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Patriot League 20th Anniversary Profiles: Dr. Jennifer Bayer

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Sept. 10, 2010

Name: Jen Bayer
Institution: Lafayette College
Sport: Women's Basketball
Graduation Year: 2003
Undergraduate Degree:Biology
Did You Know?
Earned the Joseph Watt Kuebler Jr. Memorial Prize presented to the senior biology major with the highest scholastic average

Presently a fourth-year resident at University of Michigan Hospitals (Ann Arbor) in the field of Orthopedic Surgery, Bayer ranks among the top women's basketball players in Lafayette history. She ranks seventh in career field goal percentage (51.4) and rebounding (673), as well as ninth in career blocked shots in Leopards' annals.

  • Three-time Patriot League Academic Honor Roll recipient (2001-03)
  • Member of 1999-2000 Patriot League All-Rookie Team
  • Led squad in scoring and rebounding during her first two years at Lafayette

    Q: What factors helped in your decision to attend Lafayette College?
    A: For me, the greatest strength of Lafayette College was the quality of education combined with the ability to play division I basketball. At Lafayette, the professors taught the courses and the classroom size was manageable. I never felt that I was just a number, and some of the professors would come to the games and support the team. I knew basketball would be a stepping stone for the rest of my life and receiving a degree from Lafayette College opened many doors for my future.

    Q: Who were your sports idols growing up and why?
    A: I grew up watching Purdue and Indiana basketball nearly every winter night on TV since I was a little girl. These men and women were excellent role models and lead to my aspiration to become a D-I basketball player.

    Q: What was your proudest on-the-court accomplishment?
    A: I have two achievements which I am the most proud of. The first was scoring 21 second half points and grabbing 16 rebounds against LaSalle in the LaSalle Tournament during my freshman year. What most people do not know is that I was ill with the flu during this game, and it was extremely difficult to play when not feeling well. This game showed me that I could do anything as long as I put my mind to it.

    The second is grabbing Megan Haughey's missed free throw and scoring the game-winning shot against Sacred Heart during the 2000-2001 season. It was an exciting ending to a great game and I remember the entire team jumping up and down at center court celebrating the victory.

    Q: What was your proudest academic accomplishment?
    A: My proudest undergraduate academic accomplishment was graduating from Lafayette College with the highest GPA of any biology major going to medical school (Magna Cum Laude). My proudest postgraduate accomplishment was the day I received my medical degree from Indiana University. A 2007 graduate of Indiana University School of Medicine, I am a member of Alpha Omega Alpha Honors Society and received the J. Donald Hubbard Award at IU. It was a both a surreal and exciting moment to be called Dr. Jennifer Lynn Bayer.

    Q: How were you able to balance the demands in the classroom with the demands of being an athlete?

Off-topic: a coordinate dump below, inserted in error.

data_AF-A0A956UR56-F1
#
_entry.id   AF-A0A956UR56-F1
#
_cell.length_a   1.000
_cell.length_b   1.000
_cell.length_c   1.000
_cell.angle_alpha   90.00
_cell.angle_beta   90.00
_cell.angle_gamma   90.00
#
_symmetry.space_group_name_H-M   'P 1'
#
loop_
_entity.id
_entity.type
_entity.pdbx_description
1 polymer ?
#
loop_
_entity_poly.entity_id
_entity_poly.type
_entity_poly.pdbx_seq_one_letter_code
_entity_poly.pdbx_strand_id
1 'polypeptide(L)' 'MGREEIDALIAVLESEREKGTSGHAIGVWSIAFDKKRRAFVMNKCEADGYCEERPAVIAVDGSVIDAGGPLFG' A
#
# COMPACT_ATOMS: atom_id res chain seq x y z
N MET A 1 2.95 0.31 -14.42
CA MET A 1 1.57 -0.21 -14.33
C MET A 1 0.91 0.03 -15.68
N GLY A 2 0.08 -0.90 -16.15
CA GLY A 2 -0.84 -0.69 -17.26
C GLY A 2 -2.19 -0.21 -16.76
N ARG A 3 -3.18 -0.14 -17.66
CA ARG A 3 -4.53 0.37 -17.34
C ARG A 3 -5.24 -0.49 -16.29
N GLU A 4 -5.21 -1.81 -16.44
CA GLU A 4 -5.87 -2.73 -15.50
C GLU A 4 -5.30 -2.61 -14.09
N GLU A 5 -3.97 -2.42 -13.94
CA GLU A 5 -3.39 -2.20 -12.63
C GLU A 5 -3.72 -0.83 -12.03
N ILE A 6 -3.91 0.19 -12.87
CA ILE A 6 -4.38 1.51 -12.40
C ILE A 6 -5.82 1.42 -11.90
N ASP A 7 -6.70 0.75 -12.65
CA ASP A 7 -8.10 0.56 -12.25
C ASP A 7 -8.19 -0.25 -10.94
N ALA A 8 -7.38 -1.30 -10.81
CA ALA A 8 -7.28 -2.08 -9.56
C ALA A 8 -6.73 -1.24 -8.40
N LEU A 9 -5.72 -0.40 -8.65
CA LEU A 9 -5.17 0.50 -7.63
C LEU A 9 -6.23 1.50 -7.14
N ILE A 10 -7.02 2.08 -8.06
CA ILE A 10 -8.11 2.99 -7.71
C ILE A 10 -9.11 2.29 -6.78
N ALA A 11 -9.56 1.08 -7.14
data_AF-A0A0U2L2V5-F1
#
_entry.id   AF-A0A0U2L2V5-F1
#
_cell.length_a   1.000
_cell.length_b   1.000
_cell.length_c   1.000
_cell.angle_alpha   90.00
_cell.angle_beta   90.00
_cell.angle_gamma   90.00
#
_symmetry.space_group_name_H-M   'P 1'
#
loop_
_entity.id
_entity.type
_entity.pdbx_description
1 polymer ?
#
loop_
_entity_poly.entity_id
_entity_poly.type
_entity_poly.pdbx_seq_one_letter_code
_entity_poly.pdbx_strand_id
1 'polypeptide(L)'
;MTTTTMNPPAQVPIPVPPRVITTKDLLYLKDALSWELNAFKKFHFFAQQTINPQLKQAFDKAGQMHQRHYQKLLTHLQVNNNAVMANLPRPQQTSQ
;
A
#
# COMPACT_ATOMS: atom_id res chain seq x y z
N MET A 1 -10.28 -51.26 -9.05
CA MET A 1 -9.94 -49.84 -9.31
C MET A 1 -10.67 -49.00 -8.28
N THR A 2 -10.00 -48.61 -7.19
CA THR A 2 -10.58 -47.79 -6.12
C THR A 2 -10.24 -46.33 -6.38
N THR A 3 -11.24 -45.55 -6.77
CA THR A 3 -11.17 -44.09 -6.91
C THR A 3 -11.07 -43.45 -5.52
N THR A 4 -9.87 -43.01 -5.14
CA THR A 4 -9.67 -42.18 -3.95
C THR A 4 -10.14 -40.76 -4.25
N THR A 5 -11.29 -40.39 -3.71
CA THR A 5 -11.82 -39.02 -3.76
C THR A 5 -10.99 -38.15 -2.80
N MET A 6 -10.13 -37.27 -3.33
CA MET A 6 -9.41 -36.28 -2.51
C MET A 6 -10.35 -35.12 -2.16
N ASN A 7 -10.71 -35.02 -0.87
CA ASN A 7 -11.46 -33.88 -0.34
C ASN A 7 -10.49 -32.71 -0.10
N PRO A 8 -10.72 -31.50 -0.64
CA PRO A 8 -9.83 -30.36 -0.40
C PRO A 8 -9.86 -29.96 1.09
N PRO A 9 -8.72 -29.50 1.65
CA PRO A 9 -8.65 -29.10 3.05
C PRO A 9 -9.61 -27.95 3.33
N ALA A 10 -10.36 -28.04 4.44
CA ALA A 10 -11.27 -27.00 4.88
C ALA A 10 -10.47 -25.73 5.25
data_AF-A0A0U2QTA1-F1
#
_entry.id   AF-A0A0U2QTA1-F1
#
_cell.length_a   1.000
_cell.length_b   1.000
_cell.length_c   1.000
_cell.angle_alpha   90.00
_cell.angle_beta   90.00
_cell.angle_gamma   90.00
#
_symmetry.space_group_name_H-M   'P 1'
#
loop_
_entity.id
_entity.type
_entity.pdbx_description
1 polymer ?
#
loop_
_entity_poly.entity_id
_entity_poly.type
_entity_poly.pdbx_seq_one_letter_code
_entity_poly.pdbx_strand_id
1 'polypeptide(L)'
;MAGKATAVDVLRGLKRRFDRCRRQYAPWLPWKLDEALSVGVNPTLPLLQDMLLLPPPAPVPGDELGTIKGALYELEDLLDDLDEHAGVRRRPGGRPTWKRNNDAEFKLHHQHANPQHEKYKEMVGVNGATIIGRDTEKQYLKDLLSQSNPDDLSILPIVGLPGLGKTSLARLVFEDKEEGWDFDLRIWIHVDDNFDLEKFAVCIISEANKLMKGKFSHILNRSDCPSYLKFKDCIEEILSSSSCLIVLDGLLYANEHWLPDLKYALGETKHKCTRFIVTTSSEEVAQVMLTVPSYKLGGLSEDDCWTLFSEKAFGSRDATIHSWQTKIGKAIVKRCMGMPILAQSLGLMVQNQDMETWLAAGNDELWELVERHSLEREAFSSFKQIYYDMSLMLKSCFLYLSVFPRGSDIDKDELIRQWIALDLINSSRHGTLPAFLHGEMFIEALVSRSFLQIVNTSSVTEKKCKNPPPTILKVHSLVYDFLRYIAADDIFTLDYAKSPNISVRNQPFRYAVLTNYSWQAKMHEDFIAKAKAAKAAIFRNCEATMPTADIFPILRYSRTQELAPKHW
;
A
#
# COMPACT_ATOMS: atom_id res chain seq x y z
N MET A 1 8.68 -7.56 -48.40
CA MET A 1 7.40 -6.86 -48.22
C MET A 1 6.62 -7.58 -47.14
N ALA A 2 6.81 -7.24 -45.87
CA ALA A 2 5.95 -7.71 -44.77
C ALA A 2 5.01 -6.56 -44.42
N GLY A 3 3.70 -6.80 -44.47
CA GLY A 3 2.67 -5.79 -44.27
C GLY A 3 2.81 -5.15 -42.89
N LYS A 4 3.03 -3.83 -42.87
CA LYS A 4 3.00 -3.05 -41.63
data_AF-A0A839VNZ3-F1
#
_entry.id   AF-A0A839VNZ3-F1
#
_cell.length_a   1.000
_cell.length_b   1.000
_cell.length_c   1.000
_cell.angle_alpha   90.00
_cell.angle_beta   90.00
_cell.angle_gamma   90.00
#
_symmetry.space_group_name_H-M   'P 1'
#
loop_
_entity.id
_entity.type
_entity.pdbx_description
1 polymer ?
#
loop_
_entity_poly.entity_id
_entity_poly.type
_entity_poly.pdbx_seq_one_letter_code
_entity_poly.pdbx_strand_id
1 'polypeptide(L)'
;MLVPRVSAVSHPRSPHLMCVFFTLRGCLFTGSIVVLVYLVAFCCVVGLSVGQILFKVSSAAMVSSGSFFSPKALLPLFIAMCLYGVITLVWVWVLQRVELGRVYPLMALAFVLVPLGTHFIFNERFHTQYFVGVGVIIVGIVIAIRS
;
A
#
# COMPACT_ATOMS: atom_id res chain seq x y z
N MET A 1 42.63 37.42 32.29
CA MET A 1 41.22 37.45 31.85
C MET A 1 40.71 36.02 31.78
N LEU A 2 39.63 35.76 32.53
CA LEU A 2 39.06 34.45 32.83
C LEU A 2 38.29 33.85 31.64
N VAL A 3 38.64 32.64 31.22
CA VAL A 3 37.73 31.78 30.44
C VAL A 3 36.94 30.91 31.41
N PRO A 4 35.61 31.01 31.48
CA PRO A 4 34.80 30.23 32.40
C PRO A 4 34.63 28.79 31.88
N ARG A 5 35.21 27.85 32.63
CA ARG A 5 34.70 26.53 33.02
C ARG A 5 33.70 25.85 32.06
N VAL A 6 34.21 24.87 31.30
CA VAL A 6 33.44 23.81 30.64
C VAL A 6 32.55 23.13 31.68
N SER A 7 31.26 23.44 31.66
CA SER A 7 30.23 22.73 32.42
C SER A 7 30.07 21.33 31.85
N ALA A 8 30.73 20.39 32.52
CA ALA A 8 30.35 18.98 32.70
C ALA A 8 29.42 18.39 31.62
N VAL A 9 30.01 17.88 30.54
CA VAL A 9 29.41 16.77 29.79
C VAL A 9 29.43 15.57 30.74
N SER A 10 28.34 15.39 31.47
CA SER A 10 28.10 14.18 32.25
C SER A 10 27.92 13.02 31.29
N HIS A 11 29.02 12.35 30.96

A: Unlike fall or spring sports, basketball involved both semesters of school. As a result, you did not have the option of taking the hard courses during the off season. For me, this made time management crucial to succeed in the classroom and on the court. There were many times I would read over notes or work on a term paper while on the bus to and from a game. In addition, there were several science majors on the basketball team and we'd frequently study together to prepare for tests.

    Q: How did your experience as a student-athlete prepare you for life after college?
    A: One of the things Coach (Pat) Fisher always emphasized was that she wanted to prepare her student athletes for the game of life. At the time, we were all naïve, but today these words ring true. I feel these qualities she required from all her athletes, like effort, dedication, work ethic and teamwork, helped make me a better person.

    Q: If you could go back to college and compete one more time, where would it be and against whom?
    A: During my senior season, I sustained an ankle fracture at Army that ended my collegiate basketball career. If I could play one more time, it would be to revisit that game, not get hurt and beat Army.

    Q: If you had to offer current student-athletes some words of wisdom what would they be?
    A: Enjoy playing while you have the chance! Four years goes by so fast and you never know when you might have this opportunity end. It may seem like hard work right now, but you'll look back in the future and realize it was truly a great experience.

    Q: Do you still follow Lafayette athletics?
    A: Yes. Despite living so far from college hill, I've been able to follow Lafayette College athletics by the Internet. I've also had the chance to attend one Lafayette-Lehigh football game and one women's basketball game since graduation. Go Pards!

    Q: Looking back, what does it mean to you to have been a Patriot League student-athlete?
    A: Right now, I could not have been happier with my decision to attend Lafayette College. I was able to obtain a quality education and compete at a Division I basketball program. I feel that all the schools in the Patriot League placed the correct emphasis on the student portion of the student-athlete and truly cared about allowing each player to become the best they could be. I do not think I would be where I am today without the experiences I learned on and off the court.